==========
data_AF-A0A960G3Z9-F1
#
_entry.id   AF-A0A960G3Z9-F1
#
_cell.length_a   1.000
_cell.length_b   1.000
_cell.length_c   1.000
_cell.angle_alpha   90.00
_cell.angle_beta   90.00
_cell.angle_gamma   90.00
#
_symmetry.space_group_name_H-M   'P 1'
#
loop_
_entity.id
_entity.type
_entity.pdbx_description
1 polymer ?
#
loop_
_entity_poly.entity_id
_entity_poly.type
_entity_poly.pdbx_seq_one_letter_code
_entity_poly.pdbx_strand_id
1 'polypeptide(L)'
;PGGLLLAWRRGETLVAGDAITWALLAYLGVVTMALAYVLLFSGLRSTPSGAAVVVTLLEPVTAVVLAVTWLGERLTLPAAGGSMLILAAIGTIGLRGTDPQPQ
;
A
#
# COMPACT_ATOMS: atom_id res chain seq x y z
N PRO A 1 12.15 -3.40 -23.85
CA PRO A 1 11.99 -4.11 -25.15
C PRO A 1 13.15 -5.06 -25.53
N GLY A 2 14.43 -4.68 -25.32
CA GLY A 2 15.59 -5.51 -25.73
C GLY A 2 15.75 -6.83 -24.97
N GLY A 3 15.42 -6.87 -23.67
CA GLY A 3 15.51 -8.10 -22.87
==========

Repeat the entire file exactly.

data_AF-A0A960G3Z9-F1
#
_entry.id   AF-A0A960G3Z9-F1
#
_cell.length_a   1.000
_cell.length_b   1.000
_cell.length_c   1.000
_cell.angle_alpha   90.00
_cell.angle_beta   90.00
_cell.angle_gamma   90.00
#
_symmetry.space_group_name_H-M   'P 1'
#
loop_
_entity.id
_entity.type
_entity.pdbx_description
1 polymer ?
#
loop_
_entity_poly.entity_id
_entity_poly.type
_entity_poly.pdbx_seq_one_letter_code
_entity_poly.pdbx_strand_id
1 'polypeptide(L)'
;PGGLLLAWRRGETLVAGDAITWALLAYLGVVTMALAYVLLFSGLRSTPSGAAVVVTLLEPVTAVVLAVTWLGERLTLPAAGGSMLILAAIGTIGLRGTDPQPQ
;
A
#
# COMPACT_ATOMS: atom_id res chain seq x y z
N PRO A 1 12.15 -3.40 -23.85
CA PRO A 1 11.99 -4.11 -25.15
C PRO A 1 13.15 -5.06 -25.53
N GLY A 2 14.43 -4.68 -25.32
CA GLY A 2 15.59 -5.51 -25.73
C GLY A 2 15.75 -6.83 -24.97
N GLY A 3 15.42 -6.87 -23.67
CA GLY A 3 15.51 -8.10 -22.87